Angles Help a Simple Square Roof Gain Grandeur

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When these Seattle homeowners decided to remodel and expand their second-floor bathroom, they also wanted to create a grander, more contemporary entryway that would not distract from the home's 1950s split entry and long, linear lines.

August 01, 2003

 

The hillside location didn't provide Stone Pillar Remodeling much access on the uphill side, not even for a small tractor. In addition, the hillside had lots of clay earth, which proved to be precarious and difficult to work on. The site had to be hand-excavated, with ramps creating a path back to the work truck to get rid of clay. Cranes dropped the beams in place. "The weight and placement of the beams were a challenge because we were trying to get the different angles of three beams to match and hit the overhang at the same time," Paul Gordon says.

Having to greet guests in a small, cramped area (so cramped they often had to stand on the steps to allow guests to enter the vestibule) wasn't ideal for Seattle homeowners who enjoyed entertaining. So when they decided to remodel and expand their second-floor bathroom, they also wanted to create a grander, more contemporary entryway that would not distract from the home's 1950s split entry and long, linear lines.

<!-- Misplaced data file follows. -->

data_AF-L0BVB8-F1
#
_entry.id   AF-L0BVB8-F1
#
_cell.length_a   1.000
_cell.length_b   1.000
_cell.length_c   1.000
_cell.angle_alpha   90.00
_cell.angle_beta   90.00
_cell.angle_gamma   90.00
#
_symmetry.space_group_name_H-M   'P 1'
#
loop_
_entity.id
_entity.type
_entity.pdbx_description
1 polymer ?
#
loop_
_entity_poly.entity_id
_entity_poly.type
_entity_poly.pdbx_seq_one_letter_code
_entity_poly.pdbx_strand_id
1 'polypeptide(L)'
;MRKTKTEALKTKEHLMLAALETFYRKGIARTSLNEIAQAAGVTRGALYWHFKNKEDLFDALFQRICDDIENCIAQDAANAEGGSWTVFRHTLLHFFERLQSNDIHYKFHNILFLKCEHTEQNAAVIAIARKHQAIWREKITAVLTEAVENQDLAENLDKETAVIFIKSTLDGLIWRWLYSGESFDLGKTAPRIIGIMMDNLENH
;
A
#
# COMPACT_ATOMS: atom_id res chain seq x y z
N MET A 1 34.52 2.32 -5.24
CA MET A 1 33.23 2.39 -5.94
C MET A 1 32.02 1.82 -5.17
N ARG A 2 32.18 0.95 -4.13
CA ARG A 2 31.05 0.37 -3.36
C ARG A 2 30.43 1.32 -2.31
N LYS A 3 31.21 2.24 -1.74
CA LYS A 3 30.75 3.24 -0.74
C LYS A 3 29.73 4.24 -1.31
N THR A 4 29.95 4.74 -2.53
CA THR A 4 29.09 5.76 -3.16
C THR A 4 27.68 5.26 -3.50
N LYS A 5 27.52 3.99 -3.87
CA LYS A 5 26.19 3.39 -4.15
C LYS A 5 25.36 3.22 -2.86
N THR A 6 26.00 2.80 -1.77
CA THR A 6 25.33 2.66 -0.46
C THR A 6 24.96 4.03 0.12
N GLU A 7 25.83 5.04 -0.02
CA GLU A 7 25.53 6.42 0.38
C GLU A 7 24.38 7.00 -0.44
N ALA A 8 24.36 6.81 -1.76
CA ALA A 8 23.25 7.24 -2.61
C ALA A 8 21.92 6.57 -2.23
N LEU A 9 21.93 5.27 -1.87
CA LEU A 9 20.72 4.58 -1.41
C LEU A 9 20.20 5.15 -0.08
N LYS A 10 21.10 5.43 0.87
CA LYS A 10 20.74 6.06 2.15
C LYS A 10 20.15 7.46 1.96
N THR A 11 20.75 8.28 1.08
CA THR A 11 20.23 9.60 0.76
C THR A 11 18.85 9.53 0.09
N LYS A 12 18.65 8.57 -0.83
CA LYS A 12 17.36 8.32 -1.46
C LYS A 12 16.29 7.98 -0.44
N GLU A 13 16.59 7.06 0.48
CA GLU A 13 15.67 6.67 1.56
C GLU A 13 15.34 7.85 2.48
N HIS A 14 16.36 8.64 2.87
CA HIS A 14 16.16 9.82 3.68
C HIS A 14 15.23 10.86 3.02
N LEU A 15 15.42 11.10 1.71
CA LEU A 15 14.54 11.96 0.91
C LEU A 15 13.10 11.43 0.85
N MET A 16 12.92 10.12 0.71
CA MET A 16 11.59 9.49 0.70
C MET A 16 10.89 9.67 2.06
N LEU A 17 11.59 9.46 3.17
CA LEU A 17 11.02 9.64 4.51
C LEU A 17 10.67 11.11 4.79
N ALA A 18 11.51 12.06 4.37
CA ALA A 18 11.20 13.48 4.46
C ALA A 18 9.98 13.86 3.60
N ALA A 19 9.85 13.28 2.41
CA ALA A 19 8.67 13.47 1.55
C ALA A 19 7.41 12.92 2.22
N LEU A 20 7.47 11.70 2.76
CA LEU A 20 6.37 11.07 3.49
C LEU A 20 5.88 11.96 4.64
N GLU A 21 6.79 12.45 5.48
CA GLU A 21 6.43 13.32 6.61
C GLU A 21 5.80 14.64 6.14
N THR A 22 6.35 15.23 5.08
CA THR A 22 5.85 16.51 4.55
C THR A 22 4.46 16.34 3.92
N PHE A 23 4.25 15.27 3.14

"The whole goal was to update this traditional split entry and make it more welcoming, an area they like to spend more time in," says Paul Gordon, president of Stone Pillar Remodeling in Redmond, Wash. "They were looking for an area where they could welcome guests that was a little larger and led people to the front entrance instead of leaving people to wonder where exactly the front entrance was."

In pushing out the bathroom and front entry, Gordon broke up the monotony of the flat roof and created a new peak, making the outside of the bathroom the highest point of the house with an 18-foot-tall outside wall that soars outward instead of dropping back down (almost like a reverse fault, he says). Gordon altered the home's conventional A-frame by vaulting and extending the roof over the two-story entryway. He also elongated the soffit, using three 6x14-foot, solid-fir beams (one weight-bearing and two for architectural definition) to support the extended overhang. To give the exposed structural connectors an architectural look, Gordon had them custom-made, opting for a hand-dipped galvanized finish.

Large tongue-and-groove pine identical to that on the entry ceiling was used on the newly vaulted interior ceiling. The customer added personal touches with a custom-made hand railing that reflected his maritime background. Floating steps help open the vestibule, while book-matched fir front doors complete the contemporary look.

The project took four months to complete, with a total cost of $110,000 ($25,000 for the entryway alone). It won a 2003 Remodeling Excellence Award for best entryway from the Master Builders Association of King and Snohomish Counties and two awards from the Building Industry Association of Washington.

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